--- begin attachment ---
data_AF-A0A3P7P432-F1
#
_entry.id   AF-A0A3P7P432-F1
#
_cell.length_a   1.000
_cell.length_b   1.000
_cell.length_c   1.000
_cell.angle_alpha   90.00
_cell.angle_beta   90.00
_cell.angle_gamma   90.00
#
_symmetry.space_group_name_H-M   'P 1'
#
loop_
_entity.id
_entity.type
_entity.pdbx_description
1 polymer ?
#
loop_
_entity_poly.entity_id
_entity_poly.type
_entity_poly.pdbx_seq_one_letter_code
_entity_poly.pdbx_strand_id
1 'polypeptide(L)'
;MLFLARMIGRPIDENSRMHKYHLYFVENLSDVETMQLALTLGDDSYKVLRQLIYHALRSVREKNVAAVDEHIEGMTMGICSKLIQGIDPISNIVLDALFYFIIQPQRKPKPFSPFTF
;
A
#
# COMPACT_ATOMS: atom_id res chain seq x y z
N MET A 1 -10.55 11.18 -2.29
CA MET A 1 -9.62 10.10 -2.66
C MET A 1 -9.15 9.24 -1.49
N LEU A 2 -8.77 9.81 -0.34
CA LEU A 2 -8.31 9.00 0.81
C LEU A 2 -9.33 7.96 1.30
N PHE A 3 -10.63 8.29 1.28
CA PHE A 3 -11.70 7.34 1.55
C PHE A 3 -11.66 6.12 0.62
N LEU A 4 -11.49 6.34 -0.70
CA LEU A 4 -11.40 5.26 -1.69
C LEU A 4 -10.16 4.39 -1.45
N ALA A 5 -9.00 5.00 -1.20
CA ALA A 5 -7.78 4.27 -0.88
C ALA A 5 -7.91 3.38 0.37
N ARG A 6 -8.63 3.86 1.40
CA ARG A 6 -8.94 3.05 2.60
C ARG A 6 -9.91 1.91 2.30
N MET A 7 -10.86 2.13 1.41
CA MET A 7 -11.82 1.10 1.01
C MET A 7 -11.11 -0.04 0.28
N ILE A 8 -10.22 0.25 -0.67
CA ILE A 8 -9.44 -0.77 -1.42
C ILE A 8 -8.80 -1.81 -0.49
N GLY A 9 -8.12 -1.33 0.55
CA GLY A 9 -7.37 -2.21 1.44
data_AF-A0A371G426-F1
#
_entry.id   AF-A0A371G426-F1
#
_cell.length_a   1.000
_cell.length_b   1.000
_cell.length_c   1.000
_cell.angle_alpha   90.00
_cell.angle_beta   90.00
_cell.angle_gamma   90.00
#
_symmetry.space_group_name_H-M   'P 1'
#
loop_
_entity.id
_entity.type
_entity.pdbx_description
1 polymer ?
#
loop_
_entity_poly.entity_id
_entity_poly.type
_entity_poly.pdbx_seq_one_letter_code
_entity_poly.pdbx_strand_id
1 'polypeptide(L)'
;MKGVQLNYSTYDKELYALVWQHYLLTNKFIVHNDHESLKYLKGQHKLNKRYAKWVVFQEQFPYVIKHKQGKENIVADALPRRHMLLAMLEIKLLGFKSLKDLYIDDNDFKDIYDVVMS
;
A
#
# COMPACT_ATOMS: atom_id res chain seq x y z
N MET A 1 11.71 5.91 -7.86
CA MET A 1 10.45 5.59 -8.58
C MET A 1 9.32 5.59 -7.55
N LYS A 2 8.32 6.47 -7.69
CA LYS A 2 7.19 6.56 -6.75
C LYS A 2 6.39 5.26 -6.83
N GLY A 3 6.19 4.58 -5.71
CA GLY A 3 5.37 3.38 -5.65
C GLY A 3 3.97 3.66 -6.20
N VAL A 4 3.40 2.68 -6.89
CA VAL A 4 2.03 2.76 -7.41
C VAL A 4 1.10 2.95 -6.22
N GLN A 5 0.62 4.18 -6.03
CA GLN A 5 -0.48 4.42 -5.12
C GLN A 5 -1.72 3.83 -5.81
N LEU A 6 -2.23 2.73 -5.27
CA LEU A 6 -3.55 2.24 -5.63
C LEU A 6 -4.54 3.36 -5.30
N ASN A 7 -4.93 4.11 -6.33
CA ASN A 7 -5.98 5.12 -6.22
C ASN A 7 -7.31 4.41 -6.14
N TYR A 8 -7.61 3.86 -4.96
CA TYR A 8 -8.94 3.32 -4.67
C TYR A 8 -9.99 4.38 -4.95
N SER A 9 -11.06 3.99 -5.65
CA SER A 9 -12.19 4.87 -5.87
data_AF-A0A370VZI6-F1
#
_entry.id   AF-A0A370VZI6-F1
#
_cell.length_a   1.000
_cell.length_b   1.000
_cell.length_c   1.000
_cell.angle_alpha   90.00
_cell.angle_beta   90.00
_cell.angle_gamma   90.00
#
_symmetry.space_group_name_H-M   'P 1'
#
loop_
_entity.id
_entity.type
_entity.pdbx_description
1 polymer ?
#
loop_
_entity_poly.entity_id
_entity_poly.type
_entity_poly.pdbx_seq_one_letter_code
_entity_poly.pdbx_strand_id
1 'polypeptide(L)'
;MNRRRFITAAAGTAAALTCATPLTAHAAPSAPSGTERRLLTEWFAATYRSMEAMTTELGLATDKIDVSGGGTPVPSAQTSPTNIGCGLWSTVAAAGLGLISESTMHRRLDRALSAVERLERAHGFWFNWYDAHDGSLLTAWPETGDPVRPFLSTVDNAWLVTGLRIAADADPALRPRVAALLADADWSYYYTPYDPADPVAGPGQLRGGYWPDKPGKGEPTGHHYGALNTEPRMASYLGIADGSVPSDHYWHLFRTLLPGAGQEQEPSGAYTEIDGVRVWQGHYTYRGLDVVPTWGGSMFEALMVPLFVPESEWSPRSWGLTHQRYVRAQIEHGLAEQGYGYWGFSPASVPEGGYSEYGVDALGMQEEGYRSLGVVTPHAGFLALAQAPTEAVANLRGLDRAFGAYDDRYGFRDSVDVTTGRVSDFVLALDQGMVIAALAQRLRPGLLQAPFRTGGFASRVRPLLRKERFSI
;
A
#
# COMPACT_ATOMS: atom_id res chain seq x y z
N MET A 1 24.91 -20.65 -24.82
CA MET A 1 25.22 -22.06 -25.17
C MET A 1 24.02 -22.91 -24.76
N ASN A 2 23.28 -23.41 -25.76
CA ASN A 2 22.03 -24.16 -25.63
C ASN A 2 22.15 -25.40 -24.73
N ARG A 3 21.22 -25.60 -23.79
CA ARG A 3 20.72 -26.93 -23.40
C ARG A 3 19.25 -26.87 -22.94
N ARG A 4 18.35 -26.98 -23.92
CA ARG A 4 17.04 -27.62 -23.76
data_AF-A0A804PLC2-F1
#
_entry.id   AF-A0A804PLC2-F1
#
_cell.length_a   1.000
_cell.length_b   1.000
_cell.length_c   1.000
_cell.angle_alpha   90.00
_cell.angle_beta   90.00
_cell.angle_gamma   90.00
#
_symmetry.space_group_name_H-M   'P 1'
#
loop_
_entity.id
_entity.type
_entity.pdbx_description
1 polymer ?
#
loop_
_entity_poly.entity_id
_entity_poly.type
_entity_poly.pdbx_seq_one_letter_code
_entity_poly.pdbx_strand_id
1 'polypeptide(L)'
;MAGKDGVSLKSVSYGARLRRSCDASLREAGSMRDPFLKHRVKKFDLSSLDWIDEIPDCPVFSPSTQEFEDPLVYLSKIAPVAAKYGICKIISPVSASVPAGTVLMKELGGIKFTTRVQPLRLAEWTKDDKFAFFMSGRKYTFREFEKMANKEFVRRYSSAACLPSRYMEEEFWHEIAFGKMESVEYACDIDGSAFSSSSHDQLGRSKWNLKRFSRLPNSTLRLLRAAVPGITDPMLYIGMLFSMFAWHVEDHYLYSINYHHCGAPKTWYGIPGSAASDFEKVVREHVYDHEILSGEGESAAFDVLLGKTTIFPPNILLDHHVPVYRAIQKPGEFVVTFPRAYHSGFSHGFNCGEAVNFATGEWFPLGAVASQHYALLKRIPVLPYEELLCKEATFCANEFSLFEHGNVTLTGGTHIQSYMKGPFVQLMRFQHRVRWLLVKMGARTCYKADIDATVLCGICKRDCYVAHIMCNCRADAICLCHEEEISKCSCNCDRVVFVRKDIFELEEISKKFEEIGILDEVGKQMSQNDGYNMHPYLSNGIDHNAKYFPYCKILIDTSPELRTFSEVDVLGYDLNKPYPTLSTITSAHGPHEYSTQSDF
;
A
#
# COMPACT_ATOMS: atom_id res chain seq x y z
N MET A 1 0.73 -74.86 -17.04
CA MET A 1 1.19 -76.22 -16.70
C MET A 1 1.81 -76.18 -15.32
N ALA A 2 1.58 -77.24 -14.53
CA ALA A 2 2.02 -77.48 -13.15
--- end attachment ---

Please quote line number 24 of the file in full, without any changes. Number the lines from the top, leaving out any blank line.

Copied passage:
_entity_poly.pdbx_strand_id